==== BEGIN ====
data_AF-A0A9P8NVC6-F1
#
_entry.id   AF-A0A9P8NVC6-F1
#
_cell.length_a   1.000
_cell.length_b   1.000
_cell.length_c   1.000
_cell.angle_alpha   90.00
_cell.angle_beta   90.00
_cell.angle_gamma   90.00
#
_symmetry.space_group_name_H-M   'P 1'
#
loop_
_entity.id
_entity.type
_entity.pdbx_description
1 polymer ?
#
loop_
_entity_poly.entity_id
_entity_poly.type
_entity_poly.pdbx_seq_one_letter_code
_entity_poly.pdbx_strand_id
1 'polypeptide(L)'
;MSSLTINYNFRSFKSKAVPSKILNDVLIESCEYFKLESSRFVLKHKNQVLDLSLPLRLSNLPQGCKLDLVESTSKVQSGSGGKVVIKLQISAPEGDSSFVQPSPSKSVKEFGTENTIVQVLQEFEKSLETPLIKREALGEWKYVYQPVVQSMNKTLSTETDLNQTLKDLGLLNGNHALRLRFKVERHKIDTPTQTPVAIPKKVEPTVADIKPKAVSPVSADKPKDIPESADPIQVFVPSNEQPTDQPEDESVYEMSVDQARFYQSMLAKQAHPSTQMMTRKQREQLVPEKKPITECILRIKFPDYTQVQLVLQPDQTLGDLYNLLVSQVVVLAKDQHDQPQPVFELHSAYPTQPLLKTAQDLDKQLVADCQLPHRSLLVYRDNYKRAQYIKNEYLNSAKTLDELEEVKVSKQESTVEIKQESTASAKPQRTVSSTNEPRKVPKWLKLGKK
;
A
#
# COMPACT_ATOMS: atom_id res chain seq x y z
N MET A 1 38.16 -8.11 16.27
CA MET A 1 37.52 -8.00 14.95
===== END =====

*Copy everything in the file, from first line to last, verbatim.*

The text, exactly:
data_AF-A0A9P8NVC6-F1
#
_entry.id   AF-A0A9P8NVC6-F1
#
_cell.length_a   1.000
_cell.length_b   1.000
_cell.length_c   1.000
_cell.angle_alpha   90.00
_cell.angle_beta   90.00
_cell.angle_gamma   90.00
#
_symmetry.space_group_name_H-M   'P 1'
#
loop_
_entity.id
_entity.type
_entity.pdbx_description
1 polymer ?
#
loop_
_entity_poly.entity_id
_entity_poly.type
_entity_poly.pdbx_seq_one_letter_code
_entity_poly.pdbx_strand_id
1 'polypeptide(L)'
;MSSLTINYNFRSFKSKAVPSKILNDVLIESCEYFKLESSRFVLKHKNQVLDLSLPLRLSNLPQGCKLDLVESTSKVQSGSGGKVVIKLQISAPEGDSSFVQPSPSKSVKEFGTENTIVQVLQEFEKSLETPLIKREALGEWKYVYQPVVQSMNKTLSTETDLNQTLKDLGLLNGNHALRLRFKVERHKIDTPTQTPVAIPKKVEPTVADIKPKAVSPVSADKPKDIPESADPIQVFVPSNEQPTDQPEDESVYEMSVDQARFYQSMLAKQAHPSTQMMTRKQREQLVPEKKPITECILRIKFPDYTQVQLVLQPDQTLGDLYNLLVSQVVVLAKDQHDQPQPVFELHSAYPTQPLLKTAQDLDKQLVADCQLPHRSLLVYRDNYKRAQYIKNEYLNSAKTLDELEEVKVSKQESTVEIKQESTASAKPQRTVSSTNEPRKVPKWLKLGKK
;
A
#
# COMPACT_ATOMS: atom_id res chain seq x y z
N MET A 1 38.16 -8.11 16.27
CA MET A 1 37.52 -8.00 14.95